If you were to not pay your credit bills on time, this can cause serious problems, but also there are some caveats for you to be safe. Although one must know that paying any of your credit payments late will result, in one form or another, in late fees varying based on card issuer policies.
With late payments, the later they are, the worse they will be. If you pay 30-60 days late it's probably not a big deal but once you hit the 90-day threshold, you are officially too late to cover your last month (or two) dues, and this can get reported to the credit bureau who can then slice your credit rating (FICO) score and hence make it harder to receive loans, get lower interest rates and so on. This kind of record stays on for over 7 years but differs depending on if the late payment was a one-time event or a recurring event. The one benefit coming out of this is that 90+ days can hurt your credit score as much as 120+ days, so once you are very late, you can continue to be late. However, a serious drop in credit scores is noted when the lending bank notifies you of foreclosures, sells your debts to collection agencies (‘sharks’), or ‘charges off’ your debt as a loss, automatically plunging your credit score.
Another reason for decline in FICO (Fair Isaac & Co) score can be attributed to a higher credit utilization ratio. The credit utilization ratio is the quantity of revolving credit you're currently using divided by the total amount of available revolving credit. In simpler words, it's actually how much you currently owe divided by your maximum credit limit (expressed as a percentage). For example, if you have a credit card on which there is $10,000 credit available but the balance (of outstanding debts) is only $2,000, then your credit utilization is 20% (you are currently relying on only 20% of the 100% available credit). Credit utilization plays about a third (30%) role in determining your FICO score (credit rating). Closing a credit card can have negative effects as if you close your credit card with an outstanding balance, your revolving balance total limits will reduce, making it harder to borrow in the future.
APR rates are proportional to how late you are in making your payments, some going up as high as 30%, and within the first 60 days this might not be a problem but thereafter this can pile up on your account. Best practices include reviewing the bank document you made/signed when you received your credit card under the section of penalties, or another method involves calling up the bank to confirm their APR policies.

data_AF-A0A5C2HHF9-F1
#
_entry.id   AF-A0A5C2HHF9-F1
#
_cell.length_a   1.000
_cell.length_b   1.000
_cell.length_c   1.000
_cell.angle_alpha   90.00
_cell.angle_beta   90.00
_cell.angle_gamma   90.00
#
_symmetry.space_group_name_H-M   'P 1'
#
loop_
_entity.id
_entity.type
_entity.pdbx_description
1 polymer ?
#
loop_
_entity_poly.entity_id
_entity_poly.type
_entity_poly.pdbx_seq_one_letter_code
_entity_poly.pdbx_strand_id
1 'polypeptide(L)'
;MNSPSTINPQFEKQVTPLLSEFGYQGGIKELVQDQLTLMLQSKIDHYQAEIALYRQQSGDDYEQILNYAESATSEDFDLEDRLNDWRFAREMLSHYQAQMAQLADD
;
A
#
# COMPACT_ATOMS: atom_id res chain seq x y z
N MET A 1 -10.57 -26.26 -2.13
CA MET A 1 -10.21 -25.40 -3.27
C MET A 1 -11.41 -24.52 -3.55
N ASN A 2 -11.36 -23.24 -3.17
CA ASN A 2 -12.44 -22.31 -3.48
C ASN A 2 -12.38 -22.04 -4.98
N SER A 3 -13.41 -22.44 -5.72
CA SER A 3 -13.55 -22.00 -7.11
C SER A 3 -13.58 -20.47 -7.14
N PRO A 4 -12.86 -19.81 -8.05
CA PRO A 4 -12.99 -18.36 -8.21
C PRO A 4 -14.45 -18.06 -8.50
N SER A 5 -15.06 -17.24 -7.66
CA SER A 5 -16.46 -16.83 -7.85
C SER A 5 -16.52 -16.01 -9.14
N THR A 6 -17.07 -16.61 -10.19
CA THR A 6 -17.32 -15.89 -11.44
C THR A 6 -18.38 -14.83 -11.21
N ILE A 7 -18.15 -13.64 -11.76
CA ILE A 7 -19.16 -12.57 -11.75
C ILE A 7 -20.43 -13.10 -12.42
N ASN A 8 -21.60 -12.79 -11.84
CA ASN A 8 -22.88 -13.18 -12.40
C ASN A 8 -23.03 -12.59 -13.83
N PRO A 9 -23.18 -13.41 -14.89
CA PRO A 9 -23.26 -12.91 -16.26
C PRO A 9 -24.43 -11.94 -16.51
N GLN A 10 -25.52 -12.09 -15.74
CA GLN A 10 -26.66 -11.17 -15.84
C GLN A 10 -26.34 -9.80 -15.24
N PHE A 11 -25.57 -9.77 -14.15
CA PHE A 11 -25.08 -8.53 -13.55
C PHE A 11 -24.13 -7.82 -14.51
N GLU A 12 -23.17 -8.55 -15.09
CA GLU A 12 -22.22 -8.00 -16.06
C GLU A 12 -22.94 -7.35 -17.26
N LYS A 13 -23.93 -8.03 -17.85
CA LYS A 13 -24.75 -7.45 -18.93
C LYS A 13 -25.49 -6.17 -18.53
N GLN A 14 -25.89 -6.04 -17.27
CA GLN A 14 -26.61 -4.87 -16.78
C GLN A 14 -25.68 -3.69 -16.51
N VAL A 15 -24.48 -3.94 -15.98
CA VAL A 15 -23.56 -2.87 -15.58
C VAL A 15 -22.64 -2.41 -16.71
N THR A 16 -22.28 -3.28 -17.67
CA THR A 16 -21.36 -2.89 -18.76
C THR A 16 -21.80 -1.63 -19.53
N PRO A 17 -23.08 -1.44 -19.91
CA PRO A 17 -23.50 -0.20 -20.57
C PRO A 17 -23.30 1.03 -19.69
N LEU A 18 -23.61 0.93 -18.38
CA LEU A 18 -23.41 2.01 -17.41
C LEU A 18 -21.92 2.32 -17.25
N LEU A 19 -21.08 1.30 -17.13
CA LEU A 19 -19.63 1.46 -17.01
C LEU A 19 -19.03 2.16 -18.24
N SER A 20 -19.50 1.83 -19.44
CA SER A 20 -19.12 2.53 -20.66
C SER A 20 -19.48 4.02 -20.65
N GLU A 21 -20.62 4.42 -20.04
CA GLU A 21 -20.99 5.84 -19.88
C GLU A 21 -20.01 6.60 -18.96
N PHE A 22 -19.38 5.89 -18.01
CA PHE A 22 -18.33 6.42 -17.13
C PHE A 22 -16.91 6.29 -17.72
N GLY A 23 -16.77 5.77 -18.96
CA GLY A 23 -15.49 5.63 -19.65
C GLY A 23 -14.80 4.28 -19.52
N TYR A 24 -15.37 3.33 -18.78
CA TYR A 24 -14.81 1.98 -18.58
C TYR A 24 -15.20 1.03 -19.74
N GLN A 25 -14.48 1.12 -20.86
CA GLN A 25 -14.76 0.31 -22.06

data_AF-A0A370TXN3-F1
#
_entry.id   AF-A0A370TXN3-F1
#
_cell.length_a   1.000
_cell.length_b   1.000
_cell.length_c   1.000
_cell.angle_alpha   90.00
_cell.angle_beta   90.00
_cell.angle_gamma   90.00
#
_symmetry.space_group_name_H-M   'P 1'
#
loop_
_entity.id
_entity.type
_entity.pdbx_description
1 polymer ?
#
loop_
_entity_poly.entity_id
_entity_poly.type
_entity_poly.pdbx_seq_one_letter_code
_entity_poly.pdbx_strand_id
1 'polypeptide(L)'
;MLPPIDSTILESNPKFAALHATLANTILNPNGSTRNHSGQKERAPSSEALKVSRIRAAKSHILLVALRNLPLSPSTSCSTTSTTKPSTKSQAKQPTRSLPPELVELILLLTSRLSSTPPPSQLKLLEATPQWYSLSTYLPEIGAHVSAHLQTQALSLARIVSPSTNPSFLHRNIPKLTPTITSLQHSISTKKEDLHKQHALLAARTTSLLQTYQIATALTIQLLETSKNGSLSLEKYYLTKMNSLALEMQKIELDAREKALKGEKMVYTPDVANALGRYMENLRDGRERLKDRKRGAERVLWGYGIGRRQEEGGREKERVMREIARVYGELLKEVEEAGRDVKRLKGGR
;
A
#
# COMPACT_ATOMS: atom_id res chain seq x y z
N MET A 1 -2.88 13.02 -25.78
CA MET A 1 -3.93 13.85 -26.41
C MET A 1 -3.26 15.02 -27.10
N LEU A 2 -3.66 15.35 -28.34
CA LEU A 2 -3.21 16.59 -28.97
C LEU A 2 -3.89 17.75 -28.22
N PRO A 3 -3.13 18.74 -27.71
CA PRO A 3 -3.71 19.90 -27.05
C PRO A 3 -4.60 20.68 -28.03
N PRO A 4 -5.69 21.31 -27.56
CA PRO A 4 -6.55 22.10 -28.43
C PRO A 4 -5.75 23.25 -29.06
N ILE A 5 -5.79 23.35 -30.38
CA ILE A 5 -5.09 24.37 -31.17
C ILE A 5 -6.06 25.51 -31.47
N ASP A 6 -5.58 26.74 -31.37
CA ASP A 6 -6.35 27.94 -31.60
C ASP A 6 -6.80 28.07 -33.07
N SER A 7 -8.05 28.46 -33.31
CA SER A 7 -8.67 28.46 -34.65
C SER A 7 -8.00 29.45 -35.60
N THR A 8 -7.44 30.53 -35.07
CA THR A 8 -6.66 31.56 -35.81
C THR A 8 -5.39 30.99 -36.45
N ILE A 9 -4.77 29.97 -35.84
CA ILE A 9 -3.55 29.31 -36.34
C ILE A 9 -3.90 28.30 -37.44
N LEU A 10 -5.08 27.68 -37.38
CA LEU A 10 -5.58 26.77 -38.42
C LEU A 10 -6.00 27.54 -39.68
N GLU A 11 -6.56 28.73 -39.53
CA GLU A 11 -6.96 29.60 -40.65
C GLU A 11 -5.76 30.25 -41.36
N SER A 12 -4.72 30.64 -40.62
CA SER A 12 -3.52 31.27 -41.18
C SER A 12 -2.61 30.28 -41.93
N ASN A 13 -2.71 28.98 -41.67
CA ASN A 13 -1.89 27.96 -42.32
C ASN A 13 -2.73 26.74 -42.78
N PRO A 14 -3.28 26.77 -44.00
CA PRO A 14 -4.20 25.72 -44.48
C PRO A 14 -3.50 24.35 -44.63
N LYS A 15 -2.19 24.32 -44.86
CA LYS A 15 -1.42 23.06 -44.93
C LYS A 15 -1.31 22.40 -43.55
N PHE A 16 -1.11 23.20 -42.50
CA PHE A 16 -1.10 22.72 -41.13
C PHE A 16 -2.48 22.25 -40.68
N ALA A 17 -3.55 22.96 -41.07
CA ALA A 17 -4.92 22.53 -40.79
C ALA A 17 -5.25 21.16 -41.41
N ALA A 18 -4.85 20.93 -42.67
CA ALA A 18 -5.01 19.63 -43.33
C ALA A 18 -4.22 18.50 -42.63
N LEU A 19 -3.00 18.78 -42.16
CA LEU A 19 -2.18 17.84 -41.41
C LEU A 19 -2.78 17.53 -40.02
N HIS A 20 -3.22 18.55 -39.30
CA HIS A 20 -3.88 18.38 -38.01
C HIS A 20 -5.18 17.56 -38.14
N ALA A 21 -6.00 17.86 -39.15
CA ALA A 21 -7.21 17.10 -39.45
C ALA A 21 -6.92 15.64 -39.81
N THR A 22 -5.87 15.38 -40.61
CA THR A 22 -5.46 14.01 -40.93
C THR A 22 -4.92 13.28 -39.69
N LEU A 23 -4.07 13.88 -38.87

Further penalties can be subject to additional delays involved in repaying your pre-existing accumulated debts through interest rate hikes. Banks can start charging you greater interest as penalties to make it more expensive to delay repayments. Special introductory zero APRs for new credit cards can also be revoked if payments are not made timely. Also this penalty becomes more severe as time goes on and hence makes it harder to pay the bills that were already difficult to repay to begin with.
It is best to use apps that can calculate your scores and keep track of them and have an open conversation with the bank explaining if you want to be given an extension on repayments if there is currently financial distress in your life. You can also set up reminders and have automatic payment systems that pay your bills weekly so that you don’t have to remember to pay all the time. Sometimes just asking works and it is recommended that you work with your creditor to negotiate either a temporary break in payments, a reduction in the heavy interest rates, or increasing the timeline of the repayments. Clear communication is the key to doing this.
Some other steps to reduce a rising APR include:
Always pay your fees on time. There is no question about that. There are many ways to get around paying for a long period of time but eventually, this will hurt you in the long run because it will tremendously hurt your FICO score makes it harder to buy houses, purchase loans, reduces the total amount of credit, can bring physical harm from creditors threatening physical actions, exposes you to numerous lawsuits and can lead to foreclosure, bankruptcy, closing down of your business, disgruntled families, divorces, depression, poverty and anything else that comes with being in unpayable debt. You can take a few days to pay and keep clear communication about your needs with the banks, but never not pay your dues.